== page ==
Sauder study reveals an overweight server can make you eat more


Recently, the media has reported that Canadians are gaining more weight, faster than people in the majority of other high-income western world countries. But we aren’t the only ones tipping the scales. In fact, rising obesity is a global problem, with well-off western countries leading the way. Since 1980, the number of obese adults worldwide has doubled and in 2008 more than half a billion adults shared this problem.

Given everything that science has revealed about the numerous health risk factors associated with obesity—not to mention the enormous financial burden that obesity places on healthcare systems—what drives some of the world’s wealthiest and best-educated populations to continue to over-consume?

A new study co-written by Sauder School of Business marketing professor Darren Dahl suggests that societal weight gain may be a slippery slope and that being fat could be making us fatter.

“A subtle social influence cue can have a significant impact on our consumption choices,” says Sauder marketing professor Darren Dahl. The researcher’s paper, “Might an overweight waitress make you eat more? How the body type of others is sufficient to alter our food consumption,” recently published in the Journal of Consumer Psychology shows that people’s food choices and the amount they eat is influenced by the weight of those around us.

“We show that obesity in our society has unintended effects with respect to social influence – specifically for a vulnerable population,” explains Dahl. “We speculate that dieters identify with an obese server in their willingness to take food recommendations and increase their food consumption when influenced by a heavier server.”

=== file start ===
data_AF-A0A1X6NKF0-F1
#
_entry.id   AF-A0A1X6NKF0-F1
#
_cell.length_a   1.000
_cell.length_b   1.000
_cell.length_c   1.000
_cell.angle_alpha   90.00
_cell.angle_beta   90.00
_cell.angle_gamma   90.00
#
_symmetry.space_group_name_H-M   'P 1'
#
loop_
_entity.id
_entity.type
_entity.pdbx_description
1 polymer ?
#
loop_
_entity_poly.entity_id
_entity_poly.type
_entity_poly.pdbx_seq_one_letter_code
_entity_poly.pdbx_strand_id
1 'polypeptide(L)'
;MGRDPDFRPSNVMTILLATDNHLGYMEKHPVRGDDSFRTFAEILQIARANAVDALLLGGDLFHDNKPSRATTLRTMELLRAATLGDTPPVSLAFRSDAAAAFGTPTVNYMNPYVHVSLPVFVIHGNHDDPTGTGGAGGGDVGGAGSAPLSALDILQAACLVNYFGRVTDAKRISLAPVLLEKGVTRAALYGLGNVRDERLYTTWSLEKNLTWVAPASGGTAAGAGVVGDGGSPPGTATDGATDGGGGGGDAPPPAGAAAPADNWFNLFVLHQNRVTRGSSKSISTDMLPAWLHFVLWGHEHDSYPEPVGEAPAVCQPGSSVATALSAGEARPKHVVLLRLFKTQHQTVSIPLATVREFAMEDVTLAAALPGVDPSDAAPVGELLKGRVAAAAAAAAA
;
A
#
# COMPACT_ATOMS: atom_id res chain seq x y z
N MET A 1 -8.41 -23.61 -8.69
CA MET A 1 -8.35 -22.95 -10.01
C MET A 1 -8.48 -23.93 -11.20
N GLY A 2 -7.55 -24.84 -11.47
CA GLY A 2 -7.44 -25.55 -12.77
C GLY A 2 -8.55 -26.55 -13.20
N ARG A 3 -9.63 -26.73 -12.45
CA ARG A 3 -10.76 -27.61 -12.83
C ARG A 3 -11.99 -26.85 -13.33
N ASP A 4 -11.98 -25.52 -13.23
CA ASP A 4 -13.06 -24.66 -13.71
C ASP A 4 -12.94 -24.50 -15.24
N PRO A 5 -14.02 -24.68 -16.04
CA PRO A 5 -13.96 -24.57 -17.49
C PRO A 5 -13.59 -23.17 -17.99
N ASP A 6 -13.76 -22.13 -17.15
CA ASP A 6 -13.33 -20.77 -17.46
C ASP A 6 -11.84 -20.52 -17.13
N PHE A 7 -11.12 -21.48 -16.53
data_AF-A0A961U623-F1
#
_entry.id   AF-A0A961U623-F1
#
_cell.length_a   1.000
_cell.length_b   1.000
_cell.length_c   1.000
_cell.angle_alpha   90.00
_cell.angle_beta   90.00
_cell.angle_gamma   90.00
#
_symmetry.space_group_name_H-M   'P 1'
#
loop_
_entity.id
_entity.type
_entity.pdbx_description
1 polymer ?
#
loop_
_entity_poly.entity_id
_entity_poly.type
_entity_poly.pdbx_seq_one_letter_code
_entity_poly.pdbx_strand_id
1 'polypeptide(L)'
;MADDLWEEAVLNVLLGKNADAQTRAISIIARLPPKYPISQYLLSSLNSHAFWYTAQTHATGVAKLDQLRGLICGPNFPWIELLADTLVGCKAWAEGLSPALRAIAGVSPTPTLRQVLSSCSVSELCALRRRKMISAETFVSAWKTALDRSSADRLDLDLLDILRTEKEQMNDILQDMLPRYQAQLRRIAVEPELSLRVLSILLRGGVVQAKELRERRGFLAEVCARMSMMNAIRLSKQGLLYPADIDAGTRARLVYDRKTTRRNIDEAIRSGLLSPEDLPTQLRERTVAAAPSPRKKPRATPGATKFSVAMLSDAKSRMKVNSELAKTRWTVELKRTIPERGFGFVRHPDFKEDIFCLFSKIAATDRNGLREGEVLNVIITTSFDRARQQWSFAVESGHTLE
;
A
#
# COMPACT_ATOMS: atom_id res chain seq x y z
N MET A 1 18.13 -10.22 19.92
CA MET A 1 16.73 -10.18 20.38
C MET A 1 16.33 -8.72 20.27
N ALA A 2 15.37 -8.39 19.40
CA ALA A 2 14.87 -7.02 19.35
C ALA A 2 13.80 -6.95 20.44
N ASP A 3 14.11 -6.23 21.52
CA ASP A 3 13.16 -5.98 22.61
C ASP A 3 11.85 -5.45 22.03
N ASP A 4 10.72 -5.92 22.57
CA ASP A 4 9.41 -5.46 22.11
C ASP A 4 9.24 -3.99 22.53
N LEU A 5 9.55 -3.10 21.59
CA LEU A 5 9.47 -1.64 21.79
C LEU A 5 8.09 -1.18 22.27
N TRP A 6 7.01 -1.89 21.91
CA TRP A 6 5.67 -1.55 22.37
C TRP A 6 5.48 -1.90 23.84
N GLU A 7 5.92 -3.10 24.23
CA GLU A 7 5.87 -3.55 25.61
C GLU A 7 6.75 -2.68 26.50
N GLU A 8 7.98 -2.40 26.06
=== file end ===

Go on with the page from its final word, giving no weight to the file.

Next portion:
The research shows how the body type of others around us may be sufficient to alter our consumption choices. It suggests that being aware of how situational influences impact our choices is important for ultimately correcting them and making healthier lifestyle decisions to achieve or maintain a healthy body weight.

The study focused on only women, as past research has shown that females are more sensitive to social comparisons regarding body type. The study was conducted with a server whose body type was manipulated with an obesity prosthesis so that she could play both the ‘thin’ and ‘obese’ servers in the study.

The first experiment, in which 80 female students were invited to participate in a study on “taste-testing,” measured the food consumption quantity of non-dieting and dieting female students when served by the thin and obese server. In this experiment, the server presented the participants with two bite-size snacks – chocolate chip cookies or sugar-glazed rice cakes.

Dieters ate an average of approximately seven and a half snacks when served by an obese server versus approximately five snacks when served by a thin server. Conversely, non-dieters ate an average of approximately five snacks when served by an obese server versus approximately seven and a half snacks when served by a thin server. Non-dieters assimilated towards the thin server and contrasting away from the obese server, while dieters showed the opposite effect.

The second experiment showed that the types of foods dieters choose in addition to the quantity consumed, can be altered solely by a server’s body type. Sixty-eight female students, all of whom indicated that they were currently dieting or had been in the past year, participated in this experiment. In this experiment, the server, whose body type was also manipulated as in the first experiment, presented these participants with two snack choices – a healthy one, carrots, and an unhealthy one, cookies.

When cookies were recommended, dieters chose cookies more often when the server was heavy than when she was thin – 73 per cent versus 53 per cent. But when carrots were recommended, they selected cookies with a greater frequency when the server was thin than when she was heavy – 53 per cent versus 79 per cent. Dieters were more persuaded by an obese server than a thin one, choosing both the healthy and unhealthy relatively more often when she recommended it.